This is the main factor why you see so many RVers parking for the night at rest stops that do not allow it. They are simply too tired to continue. If they do and they cause an accident, well you know the rest.

What States Allow Sleeping in Rest Areas?

This is the section where you will find the quick comparison chart giving you a brief and fast look at the regulations of different states. A link to those state’s rules is also included so you can read them all BEFORE you travel to the state.

Keep in mind that the rules of one state DO NOT apply in any other state. Many people forget that fact. Also, make sure to park in the right spots for RVs.

State Camping Overnight Sleep Stay limit Links to rules
Alabama No No None
Alaska** Yes Yes Not Stated
Arizona No Yes None
Arkansas No Yes (for safety reasons only) None
California No No 8 hours
Colorado No No None
Connecticut No No None
Delaware No No 4 hours
Florida No No 3 hours
Georgia No No None
Idaho No No 10 hours
Illinois No No 3 hours
Indiana No No None
Iowa No yes (extenuating circumstances only and only 1 night) None
Kansas No One night One night
Kentucky No No 4 hours
Louisiana No No None
Maine No No None
Maryland No No 3 hours
Massachusetts No No None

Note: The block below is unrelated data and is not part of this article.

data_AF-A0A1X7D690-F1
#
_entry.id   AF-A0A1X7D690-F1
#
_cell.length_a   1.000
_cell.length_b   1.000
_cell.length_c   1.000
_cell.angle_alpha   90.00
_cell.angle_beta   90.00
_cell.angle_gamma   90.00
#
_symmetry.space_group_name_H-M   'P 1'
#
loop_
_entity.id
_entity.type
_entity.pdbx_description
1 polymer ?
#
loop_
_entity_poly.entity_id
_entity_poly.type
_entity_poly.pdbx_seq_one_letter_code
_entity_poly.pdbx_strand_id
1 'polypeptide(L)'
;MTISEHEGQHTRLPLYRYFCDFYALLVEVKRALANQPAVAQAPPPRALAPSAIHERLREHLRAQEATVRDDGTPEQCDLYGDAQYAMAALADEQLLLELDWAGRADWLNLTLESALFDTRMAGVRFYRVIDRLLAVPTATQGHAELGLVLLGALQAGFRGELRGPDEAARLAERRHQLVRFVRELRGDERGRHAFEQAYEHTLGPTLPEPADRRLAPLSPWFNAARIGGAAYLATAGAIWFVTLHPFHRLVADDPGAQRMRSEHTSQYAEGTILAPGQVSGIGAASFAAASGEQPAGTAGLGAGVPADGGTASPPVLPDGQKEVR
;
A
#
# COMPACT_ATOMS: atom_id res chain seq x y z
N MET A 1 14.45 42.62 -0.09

Michigan No No 4 hours
Minnesota No No 4 hours
Mississippi No Yes None stated
Missouri No Yes None stated
Montana No Yes None stated
Nebraska No No (Gray area) 10 hours
Nevada Yes Yes 24 hours
New Hampshire No No 4 hours (emergencies exempted)
New Jersey No Limited None
New Mexico No Yes 24 hours
New York No No 3 hours with one extra for rest stops on Thruway
North Carolina No No 4 hours
North Dakota No Yes Not stated
Ohio No No 3 hours (RVs can stay overnight on the Turnpike)
Oklahoma No Yes Not stated
Oregon No Yes 12 hours
Pennsylvania No No 2 hours (unless otherwise posted)
Rhode Island No Yes Not stated
South Carolina No No None
South Dakota No No 4 hours
Tennessee No No 2 hours
Texas No Yes 24 hours
Utah NO Yes (extended stays allowed and are monitored by on site staff and Highway patrol) Check their rules or with their staff,T:,1
Vermont No No None
Virginia No No None
Washington No Yes 8 hours
West Virginia No Yes Not Stated
Wisconsin No No None
Wyoming No See rules See rules

** Alaska has rest stops but they have not created any rules about their use. We suggest you contact the DOT of that state to verify and find out if there are any rules or not.

*** Hawaii was left off for obvious reasons. If you find a way to drive there, let us know. The state does have a DOT and if you want to fly there and rent an RV, we suggest you contact them to see what rules apply and if there are rest stops in that state.

Rest Area Rules on Interstates


The basic rules are generally the same. Except for overnight camping, every state prohibits camping, sleeping in a tent, or outside of your vehicle. If you do stay the night make sure to leave your awnings retracted, lawn chairs stashed and the bbq grill stored.